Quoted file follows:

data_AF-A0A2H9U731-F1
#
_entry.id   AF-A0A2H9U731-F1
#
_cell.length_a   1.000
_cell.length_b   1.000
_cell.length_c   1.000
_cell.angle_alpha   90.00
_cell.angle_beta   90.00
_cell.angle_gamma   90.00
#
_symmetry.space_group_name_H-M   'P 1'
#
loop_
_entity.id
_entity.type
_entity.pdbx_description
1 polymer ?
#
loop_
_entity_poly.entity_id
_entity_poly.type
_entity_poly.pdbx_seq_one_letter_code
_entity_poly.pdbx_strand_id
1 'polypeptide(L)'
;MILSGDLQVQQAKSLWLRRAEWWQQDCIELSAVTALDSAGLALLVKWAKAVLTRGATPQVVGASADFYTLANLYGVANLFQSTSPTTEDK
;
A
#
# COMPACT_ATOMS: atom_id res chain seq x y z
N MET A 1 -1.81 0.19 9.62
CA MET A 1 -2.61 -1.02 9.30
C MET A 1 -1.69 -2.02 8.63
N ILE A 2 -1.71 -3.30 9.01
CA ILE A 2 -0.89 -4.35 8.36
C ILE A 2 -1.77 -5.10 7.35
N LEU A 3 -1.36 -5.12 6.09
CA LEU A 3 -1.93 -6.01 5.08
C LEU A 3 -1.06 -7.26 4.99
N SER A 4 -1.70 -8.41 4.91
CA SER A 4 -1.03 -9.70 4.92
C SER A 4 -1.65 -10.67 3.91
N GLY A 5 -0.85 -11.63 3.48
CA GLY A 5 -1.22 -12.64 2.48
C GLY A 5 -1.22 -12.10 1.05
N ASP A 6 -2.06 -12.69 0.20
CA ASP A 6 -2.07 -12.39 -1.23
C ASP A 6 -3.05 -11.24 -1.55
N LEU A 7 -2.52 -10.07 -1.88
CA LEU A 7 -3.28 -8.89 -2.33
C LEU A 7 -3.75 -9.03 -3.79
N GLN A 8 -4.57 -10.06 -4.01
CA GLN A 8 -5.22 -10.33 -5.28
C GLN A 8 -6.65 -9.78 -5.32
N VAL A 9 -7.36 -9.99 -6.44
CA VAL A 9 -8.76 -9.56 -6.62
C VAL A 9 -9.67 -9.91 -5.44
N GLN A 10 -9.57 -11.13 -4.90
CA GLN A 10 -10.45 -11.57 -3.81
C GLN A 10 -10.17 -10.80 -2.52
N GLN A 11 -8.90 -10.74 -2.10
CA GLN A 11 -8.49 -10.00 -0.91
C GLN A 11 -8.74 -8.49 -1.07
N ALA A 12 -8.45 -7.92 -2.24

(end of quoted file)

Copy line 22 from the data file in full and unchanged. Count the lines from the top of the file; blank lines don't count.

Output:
_entity_poly.type